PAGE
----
FXI is one of the most liquid emerging market ETFs trading over $750m/day. GXC and MCHI trade over $20m/day, while the other benchmark funds trade closer to $1m/day. PEK is somewhat liquid trading around $2.5m/day.
A-shares and ADRs lagged
A two-year chart paints a clear picture. GXC has punished its shareholders the least thanks to its lower financials exposure while PGJ has lagged badly due to accounting concerns and the weak performance of global energy and IT sectors. PEK's performance reflects the weak domestic appetite for equities.
China Strategy ETFs
China strategy ETFs enable investors to utilize differentiated index strategies to access the market. There are seven ETFs outlined in this article investors can consider.
Guggenheim China Small Cap (HAO) tracks the AlphaShares China Small Cap index which includes companies with market capitalizations of between $500k up to $4bn. The fund offers relatively broad sector exposure with the industrial, financials, consumer discretionary and materials sectors having the highest weights respectively.
Guggenheim China Real Estate (TAO) had been a strong performer until recently. TAO tracks the AlphaShares China Real Estate index and holds companies involved in real estate development and management, as well as REITS. TAO is diversified for such a specialized strategy holding over 50 securities that are mostly Hong Kong listed.
Global X China Consumer (CHIQ) tracks the Soloactive China Consumer index. The fund holds retail, consumer services, food, automotive, consumer staples, household goods and healthcare sector companies. Theoretically this fund is well-positioned to benefit from China's transition to a consumer-based economy; however, based on performance its time has not arrived.
iShares MSCI Small Cap (ECNS) tracks the MSCI Small Cap index and selects the bottom 14% by market capitalization. The fund is broad with over 300 holdings. Industrials, financials, consumer discretionary and materials sectors have the highest weights so is similar to small-cap peer HAO.
Guggenheim China Technology (CQQQ) for China technology and IT services exposure. WisdomTree China ex-Financials (CHXF) excludes financial stocks and is therefore more oriented to the energy, materials, industrials, telecoms and consumer staples sectors in China.
Finally EG Shares China Infrastructure (CHXX) gives investors targeted exposure to urban growth in China. The fund follows the Indxx China Infrastructure index which consists of companies active in construction and materials, industrial engineering, metals and mining, real estate, electricity energy and telecommunications.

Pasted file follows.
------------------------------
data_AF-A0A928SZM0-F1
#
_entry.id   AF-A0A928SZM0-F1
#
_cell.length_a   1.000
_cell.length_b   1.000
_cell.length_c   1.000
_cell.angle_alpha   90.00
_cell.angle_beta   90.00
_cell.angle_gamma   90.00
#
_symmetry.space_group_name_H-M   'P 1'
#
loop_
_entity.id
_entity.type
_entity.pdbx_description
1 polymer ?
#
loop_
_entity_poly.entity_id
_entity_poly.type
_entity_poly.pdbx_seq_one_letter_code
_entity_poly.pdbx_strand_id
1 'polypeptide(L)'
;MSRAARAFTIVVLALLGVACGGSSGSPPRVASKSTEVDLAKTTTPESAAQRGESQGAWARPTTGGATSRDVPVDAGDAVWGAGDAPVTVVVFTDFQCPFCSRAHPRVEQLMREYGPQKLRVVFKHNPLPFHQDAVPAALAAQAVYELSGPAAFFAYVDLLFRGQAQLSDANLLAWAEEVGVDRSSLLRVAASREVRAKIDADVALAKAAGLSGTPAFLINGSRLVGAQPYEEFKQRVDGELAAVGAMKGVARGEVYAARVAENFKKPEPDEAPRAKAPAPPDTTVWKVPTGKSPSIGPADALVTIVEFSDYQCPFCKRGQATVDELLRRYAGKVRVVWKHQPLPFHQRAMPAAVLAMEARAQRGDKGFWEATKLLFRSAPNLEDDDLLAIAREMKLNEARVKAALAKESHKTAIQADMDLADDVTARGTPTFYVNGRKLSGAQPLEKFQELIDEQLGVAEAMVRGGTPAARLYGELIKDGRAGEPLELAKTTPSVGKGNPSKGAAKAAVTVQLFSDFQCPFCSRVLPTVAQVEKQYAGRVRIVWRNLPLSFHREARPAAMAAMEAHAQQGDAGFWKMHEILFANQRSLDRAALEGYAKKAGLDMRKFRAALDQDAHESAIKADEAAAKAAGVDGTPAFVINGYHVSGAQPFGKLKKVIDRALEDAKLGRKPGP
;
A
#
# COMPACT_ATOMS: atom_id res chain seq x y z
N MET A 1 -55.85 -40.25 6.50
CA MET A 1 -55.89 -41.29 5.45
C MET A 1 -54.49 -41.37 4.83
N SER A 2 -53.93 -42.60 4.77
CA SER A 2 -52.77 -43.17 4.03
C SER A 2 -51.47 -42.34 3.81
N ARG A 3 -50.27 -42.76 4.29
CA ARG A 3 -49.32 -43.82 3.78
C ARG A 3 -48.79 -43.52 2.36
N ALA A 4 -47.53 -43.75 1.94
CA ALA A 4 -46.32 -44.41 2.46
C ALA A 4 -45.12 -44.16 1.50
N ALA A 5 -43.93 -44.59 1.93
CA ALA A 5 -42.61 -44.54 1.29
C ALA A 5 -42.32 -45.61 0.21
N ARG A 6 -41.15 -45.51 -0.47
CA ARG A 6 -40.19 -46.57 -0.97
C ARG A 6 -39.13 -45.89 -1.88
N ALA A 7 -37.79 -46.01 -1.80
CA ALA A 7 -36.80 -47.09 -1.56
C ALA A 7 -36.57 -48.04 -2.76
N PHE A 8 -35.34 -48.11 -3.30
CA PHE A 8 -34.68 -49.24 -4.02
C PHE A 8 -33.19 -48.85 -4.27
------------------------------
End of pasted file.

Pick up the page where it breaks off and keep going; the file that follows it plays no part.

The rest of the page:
Not much performance
A two-year chart shows the meager performance of the strategy ETFs relative to FXI with only TAO showing meaningful outperformance. Delivering profitable growth has proven to be elusive for Chinese stocks regardless of the sector or style.
Liquidity varies with size
Among the strategy funds CHIQ, TAO and HAO all trade over $3m/day. The other funds trade $1m/day or below.
A little more background on the share classes
To clarify the share classes, the primary China ETF holdings reflect the 'H' share market; companies incorporated on the mainland and traded in Hong Kong. Additional exposure can be gained from P-shares (shares of Chinese companies incorporated in certain foreign jurisdictions that trade in Hong Kong), and N-shares (shares of Chinese companies traded in the U.S.).
These are not to be confused with the "A" share market that is closed to foreigners and represented by the Shanghai Composite market and Shenzen Stock Exchange. Only PEK gives investor's exposure to A-Shares of the funds listed above through swap arrangements
China's investment case looks tenuous
Significant fixed investment has smoothed over periods of weaker global demand, yet it's unclear how much longer China's fixed asset boom will continue. Following a period of tighter credit, authorities appeared to have engineered a 'soft landing' although recent data on services PMI have that in some doubt. Banks, which have underperformed on margin and asset quality fears, are expected to turn the corner with the economy in 2013. At least that was the expectation coming into 2013.
Yet another unanswered question is whether China is facing its own credit bubble. The state's control of both the lending banks and the main recipients of credit accentuate a moral hazard. Authorities are showing discomfort with the rate of housing price growth in some cities. Politically the country is also at a crossroads. Its National Congress begins this week with popular concerns starting to shift towards governance of lack thereof.
It is difficult to advocate exposure to Chinese country ETFs given the structure of the market and uncertainty regarding its economic recovery. Granted it has been a laggard and may offer value on some parameters. Dividend yields, however, don't suggest so. When the sign says 'Do Not Enter', don't.